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|Title:||Some aspects of land-sea propagation in the earth-ionosphere waveguide.|
|Presented at:||University of Leicester|
|Abstract:||The propagation of VLF radio waves across a coastline is investigated in this thesis. The Earth and ionosphere are assumed to be flat. The coastline is modelled by a straight line across which the electrical properties of the Earth change discontinuously. Only the case of radio waves normally incident upon the coastline is studied. Various models of the Earth-ionosphere waveguide are used in the investigation. The simplest one neglects the Earth's magnetic field and treats the land, sea and ionosphere as constant impedance planes. A more sophisticated model aporoximates the land and sea by semi-infinite, homogeneous, isotropic media and the ionosphere by a vertically inhomogeneous isotropic medium. The next one discussed has an anisotropic ionosphere with the land, sea and ionosphere treated as planes with constant impedance matrices. The final model approximates the land and sea by semi-infinite inhomogeneous isotropic media and the ionosphere by a vertically inhomogeneous, anisotropic medium. Only in the simplest model can the scattered field be obtained in a closed form. In this case the exact formulae obtained yield simple approximations for the scattered field and further study shows that it is possible to obtain these approximations, or equivalent ones, without the calculation of the exact solution. This latter method easily generalises to the other models studied in the thesis. Thus expressions for the scattered field are obtained for all the models. These expressions are used to calculate numerical values of the mode conversion coefficients. The results show that the reflected field is unimportant and that the Earth's magnetic field is an important parameter in the determination of the transmitted field. They also show that scattering is more important at night-time, at high wave frequencies (in the frequency range studied), or with low land conductivities.|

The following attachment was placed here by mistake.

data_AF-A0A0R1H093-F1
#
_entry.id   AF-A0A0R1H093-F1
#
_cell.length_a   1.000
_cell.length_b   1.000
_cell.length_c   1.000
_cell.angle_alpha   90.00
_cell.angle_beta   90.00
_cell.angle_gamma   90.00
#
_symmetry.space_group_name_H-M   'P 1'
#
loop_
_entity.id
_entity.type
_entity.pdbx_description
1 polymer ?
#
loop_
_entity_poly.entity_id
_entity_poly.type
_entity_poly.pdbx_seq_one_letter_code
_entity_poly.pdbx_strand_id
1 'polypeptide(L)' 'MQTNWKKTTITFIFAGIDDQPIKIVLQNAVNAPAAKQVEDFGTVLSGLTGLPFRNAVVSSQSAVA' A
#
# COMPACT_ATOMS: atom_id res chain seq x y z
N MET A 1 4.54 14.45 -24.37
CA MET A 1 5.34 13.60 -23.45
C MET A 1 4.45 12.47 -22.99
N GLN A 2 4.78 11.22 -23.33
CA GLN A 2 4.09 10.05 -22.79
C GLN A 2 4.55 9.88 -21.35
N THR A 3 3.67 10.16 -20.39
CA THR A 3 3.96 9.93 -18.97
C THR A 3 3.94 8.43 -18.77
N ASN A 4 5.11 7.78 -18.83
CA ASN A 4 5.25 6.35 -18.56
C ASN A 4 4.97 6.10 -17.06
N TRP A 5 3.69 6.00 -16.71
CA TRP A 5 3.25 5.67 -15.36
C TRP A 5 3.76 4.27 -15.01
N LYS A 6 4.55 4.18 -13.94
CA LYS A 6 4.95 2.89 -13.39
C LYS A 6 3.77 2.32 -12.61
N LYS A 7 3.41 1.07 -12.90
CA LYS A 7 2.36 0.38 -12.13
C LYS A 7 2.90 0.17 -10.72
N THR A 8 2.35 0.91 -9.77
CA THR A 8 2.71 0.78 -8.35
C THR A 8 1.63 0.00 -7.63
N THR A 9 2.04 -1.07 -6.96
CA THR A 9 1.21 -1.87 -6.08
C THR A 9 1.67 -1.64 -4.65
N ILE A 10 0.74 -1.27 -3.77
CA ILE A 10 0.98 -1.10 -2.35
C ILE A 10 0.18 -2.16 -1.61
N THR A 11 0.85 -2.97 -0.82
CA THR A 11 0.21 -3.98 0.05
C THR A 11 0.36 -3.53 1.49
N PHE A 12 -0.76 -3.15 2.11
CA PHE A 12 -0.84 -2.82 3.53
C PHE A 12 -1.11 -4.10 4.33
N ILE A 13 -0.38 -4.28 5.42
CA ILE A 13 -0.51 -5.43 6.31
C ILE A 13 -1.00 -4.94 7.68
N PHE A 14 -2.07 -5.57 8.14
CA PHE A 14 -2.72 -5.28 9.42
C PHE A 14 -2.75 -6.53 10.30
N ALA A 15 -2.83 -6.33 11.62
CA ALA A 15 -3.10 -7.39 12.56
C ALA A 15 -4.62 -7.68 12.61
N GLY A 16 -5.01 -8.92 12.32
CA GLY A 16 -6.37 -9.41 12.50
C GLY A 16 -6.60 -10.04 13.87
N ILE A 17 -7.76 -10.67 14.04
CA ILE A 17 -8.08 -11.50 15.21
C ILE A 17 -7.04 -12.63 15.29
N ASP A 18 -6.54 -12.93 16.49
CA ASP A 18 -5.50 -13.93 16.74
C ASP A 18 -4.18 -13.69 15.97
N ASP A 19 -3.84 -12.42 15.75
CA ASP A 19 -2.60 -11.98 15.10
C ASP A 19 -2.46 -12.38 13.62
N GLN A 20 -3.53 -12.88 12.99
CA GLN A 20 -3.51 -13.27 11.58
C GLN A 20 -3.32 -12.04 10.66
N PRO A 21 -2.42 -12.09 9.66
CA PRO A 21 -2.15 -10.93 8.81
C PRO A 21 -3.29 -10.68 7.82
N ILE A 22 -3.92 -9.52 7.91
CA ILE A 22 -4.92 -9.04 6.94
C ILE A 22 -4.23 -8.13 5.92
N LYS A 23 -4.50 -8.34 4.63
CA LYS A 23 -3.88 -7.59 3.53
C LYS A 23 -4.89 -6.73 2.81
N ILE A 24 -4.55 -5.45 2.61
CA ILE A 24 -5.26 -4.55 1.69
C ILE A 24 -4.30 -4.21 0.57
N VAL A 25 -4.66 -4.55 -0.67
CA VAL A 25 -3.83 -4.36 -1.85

|Rights:||Copyright © the author. All rights reserved.|
|Appears in Collections:||Leicester Theses|
Theses, Dept. of Physics and Astronomy
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